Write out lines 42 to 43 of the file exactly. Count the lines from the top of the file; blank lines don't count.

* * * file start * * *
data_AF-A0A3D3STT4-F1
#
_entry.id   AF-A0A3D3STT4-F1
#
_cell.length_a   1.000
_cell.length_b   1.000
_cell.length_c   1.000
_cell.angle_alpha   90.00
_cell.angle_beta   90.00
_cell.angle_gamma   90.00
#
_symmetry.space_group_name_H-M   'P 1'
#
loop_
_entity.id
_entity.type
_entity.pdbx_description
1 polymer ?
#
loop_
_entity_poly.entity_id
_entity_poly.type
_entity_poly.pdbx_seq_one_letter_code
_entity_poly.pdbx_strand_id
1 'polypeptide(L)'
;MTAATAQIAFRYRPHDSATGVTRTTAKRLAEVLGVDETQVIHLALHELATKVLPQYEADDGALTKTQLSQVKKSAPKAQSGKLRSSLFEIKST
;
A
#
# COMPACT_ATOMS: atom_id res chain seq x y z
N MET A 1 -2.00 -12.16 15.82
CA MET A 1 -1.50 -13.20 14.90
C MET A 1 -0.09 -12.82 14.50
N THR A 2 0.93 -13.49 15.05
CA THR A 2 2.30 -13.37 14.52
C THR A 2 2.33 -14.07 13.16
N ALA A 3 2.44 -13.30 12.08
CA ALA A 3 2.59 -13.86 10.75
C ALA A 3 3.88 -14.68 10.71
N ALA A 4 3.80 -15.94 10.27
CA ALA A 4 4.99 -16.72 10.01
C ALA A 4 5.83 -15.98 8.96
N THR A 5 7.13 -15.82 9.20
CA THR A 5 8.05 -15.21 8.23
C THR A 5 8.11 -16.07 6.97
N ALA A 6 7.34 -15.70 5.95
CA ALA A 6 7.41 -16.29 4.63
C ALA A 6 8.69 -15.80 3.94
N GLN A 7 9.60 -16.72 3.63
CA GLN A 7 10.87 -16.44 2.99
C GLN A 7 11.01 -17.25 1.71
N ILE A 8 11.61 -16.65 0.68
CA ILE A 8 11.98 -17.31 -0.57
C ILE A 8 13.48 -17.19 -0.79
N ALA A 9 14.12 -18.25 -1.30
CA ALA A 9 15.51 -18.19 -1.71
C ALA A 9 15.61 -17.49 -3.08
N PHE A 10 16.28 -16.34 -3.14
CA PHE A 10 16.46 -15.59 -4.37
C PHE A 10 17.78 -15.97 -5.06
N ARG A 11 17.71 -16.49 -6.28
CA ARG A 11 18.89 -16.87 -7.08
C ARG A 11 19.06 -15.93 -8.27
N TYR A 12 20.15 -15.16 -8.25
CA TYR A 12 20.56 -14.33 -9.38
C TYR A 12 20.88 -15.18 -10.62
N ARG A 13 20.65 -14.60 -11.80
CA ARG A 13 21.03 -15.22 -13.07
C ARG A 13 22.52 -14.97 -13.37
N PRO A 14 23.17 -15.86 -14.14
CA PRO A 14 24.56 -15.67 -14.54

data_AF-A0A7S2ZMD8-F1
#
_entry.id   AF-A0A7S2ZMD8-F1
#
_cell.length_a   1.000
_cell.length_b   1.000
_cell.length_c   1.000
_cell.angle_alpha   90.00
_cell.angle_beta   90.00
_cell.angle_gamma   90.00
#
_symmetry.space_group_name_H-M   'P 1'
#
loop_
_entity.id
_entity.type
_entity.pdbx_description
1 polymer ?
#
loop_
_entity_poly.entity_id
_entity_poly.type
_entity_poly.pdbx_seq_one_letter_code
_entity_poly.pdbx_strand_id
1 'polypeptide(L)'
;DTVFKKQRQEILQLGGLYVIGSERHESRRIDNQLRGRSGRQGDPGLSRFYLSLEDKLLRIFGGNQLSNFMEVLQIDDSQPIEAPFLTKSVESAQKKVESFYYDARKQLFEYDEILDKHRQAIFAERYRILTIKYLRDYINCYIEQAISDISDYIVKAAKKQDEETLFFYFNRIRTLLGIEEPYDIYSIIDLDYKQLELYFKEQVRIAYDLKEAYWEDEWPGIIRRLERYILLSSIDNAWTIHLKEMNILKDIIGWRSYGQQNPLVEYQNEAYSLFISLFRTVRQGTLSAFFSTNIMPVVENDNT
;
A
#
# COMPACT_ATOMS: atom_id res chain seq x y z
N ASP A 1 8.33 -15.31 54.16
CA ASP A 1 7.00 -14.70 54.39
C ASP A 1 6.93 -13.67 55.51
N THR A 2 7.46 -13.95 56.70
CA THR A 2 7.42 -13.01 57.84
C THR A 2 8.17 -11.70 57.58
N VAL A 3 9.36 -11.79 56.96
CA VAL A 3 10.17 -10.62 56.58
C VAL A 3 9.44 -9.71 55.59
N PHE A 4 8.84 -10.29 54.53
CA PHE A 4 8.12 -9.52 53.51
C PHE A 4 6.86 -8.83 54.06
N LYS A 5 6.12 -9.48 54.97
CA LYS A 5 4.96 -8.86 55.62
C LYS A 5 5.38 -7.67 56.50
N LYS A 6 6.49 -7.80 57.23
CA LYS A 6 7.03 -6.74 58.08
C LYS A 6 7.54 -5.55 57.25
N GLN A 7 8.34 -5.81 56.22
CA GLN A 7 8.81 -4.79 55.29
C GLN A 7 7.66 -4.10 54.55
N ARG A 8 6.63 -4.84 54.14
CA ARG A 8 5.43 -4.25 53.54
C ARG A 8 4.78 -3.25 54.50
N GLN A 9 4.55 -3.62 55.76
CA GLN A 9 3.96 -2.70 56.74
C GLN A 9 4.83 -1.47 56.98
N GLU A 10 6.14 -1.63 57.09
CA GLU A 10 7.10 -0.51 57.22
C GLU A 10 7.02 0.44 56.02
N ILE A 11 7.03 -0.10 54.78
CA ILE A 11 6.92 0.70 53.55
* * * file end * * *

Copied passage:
C ALA A 4 5.83 -15.98 8.96
N THR A 5 7.13 -15.82 9.20